Today’s Question: How do I know if I have varicose veins or spider veins? Cheryl, Warsaw
A. Cheryl, this is a very common question that I hear multiple times a day in my practice. Trying to decipher what those annoying and often embarrassing veins on your legs are can be confusing. Let me try and explain to you the differences between varicose and spider veins.
When you look at your legs, if you see veins that bulge out, resemble worms and are blue or green in color, these are varicose veins. They measure the width of a pencil or larger. Varicose veins are typically from your genetics and can get worse with age, pregnancy and standing occupations. Often times, varicose veins cause some degree of aching or burning and can be associated with swelling around your foot and ankle.
If you look at your legs, Cheryl, and you see tiny, flat, feathery veins resembling a spider web that are purple or red in color these are spider veins. They measure only about the width of dental floss. Spider veins are caused from both genetics and female hormones. Men typically do not get spider veins, but can get varicose veins.
It is possible to have both kinds of veins on your legs. If that is the case, the larger varicose veins need to be treated first. Often times, the smaller veins are being fed by the larger veins. By treating the larger ones first, sometimes the smaller ones will go away on their own. The good news, Cheryl, is that gone are the days of varicose vein stripping surgery which required multiple incisions and weeks off of work. “Now surgeons can treat varicose veins in an office setting with laser devices allowing patients to get back to work within a day or two,” according Dr. KT Kishan, vascular surgeon. If left untreated, varicose veins can lead to medical complications including leg swelling, skin ulcerations and blood clots. Some insurance companies will cover the cost of varicose vein treatments while they will not cover spider vein treatments.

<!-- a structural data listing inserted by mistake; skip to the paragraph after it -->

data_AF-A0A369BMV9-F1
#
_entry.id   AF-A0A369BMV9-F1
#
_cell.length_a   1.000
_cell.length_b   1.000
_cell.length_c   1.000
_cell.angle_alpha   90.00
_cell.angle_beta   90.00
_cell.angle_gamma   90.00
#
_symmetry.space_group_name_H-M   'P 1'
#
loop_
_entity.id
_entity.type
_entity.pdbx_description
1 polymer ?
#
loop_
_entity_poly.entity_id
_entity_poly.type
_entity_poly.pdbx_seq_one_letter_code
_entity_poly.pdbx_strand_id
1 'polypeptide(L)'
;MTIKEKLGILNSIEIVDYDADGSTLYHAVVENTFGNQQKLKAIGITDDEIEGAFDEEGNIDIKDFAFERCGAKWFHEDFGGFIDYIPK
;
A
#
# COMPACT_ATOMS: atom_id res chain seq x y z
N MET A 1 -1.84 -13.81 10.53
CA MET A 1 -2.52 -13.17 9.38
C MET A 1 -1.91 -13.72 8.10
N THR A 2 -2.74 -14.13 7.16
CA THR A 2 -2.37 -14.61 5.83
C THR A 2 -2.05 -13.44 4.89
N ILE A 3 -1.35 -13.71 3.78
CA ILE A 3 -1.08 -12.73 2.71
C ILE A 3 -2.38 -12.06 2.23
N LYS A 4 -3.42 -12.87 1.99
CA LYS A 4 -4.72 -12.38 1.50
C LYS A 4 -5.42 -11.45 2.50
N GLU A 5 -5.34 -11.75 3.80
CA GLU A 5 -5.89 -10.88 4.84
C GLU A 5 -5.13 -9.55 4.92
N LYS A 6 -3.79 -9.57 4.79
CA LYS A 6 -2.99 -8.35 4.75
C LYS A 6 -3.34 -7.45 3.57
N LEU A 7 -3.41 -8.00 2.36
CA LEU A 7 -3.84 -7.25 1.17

Spider veins are treated with either sclerotherapy (injection of medication) or laser. After having a spider vein treatment, you can resume all of your normal activities afterwards. This procedure can even be done on your lunch hour. The sclerotherapy injections are performed using a tiny needle and is very tolerable. Some varicose veins can also be treated with sclerotherapy. It just depends on the size and type of the vein. The only way to determine which treatment is right for you is with a medical evaluation. If spider veins are left untreated, there are no resulting medical complications.
Cheryl, I hope this brief explanation helps you better understand the difference between varicose and spider veins. If you have any more questions, be sure to consult with a medical professional.
Jennifer Kauffman is a Board Certified Nurse Practitioner, practicing in Warsaw and Ft. Wayne. She is a sought after speaker at medical conferences such as the American Academy of Plastic Surgeons. Jennifer is a member of American Academy of Nurse Practitioners and Coalition of Advance Practice Nurses of Indiana. She received her Nursing and Nurse Practitioner degrees from Goshen College, and Indiana Wesleyan University. Jennifer is a Clinical Instructor nationally to physicians and nurses on sclerotherapy.
Do you have a question for Jennifer, about this article or another cosmetic skin care issue? Please call Vein Institute & Medical Spa at 574-267-1900 to have your questions answered and considered for future columns. Questions can also be submitted online at www.veinmedicalspa.com